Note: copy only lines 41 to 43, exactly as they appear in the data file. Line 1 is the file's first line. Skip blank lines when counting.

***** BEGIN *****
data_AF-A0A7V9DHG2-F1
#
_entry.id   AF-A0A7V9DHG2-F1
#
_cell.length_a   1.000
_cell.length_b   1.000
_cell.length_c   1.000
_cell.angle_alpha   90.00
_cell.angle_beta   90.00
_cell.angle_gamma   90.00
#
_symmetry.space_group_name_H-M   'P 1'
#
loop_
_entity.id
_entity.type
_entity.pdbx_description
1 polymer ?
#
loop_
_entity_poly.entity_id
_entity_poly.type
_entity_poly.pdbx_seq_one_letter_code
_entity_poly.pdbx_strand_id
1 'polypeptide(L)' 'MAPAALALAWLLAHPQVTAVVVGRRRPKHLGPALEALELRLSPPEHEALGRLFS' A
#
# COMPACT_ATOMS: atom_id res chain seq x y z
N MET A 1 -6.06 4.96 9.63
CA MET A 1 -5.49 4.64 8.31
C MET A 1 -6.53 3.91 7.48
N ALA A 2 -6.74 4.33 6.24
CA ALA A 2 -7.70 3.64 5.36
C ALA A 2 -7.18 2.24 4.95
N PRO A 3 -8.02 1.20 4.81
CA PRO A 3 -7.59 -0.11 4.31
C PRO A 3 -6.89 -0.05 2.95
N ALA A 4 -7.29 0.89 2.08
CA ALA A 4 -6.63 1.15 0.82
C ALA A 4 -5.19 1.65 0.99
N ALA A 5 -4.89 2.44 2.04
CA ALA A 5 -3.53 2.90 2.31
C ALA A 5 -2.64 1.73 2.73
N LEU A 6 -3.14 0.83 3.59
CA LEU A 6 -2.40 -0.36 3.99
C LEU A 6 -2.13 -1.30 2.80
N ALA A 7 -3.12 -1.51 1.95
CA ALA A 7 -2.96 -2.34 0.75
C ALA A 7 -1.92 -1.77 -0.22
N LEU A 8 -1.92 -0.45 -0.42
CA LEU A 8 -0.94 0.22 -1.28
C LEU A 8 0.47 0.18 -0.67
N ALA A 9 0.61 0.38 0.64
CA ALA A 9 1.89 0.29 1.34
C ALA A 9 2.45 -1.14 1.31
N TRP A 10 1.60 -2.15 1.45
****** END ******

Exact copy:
CA ALA A 5 -3.53 2.90 2.31
C ALA A 5 -2.64 1.73 2.73
N LEU A 6 -3.14 0.83 3.59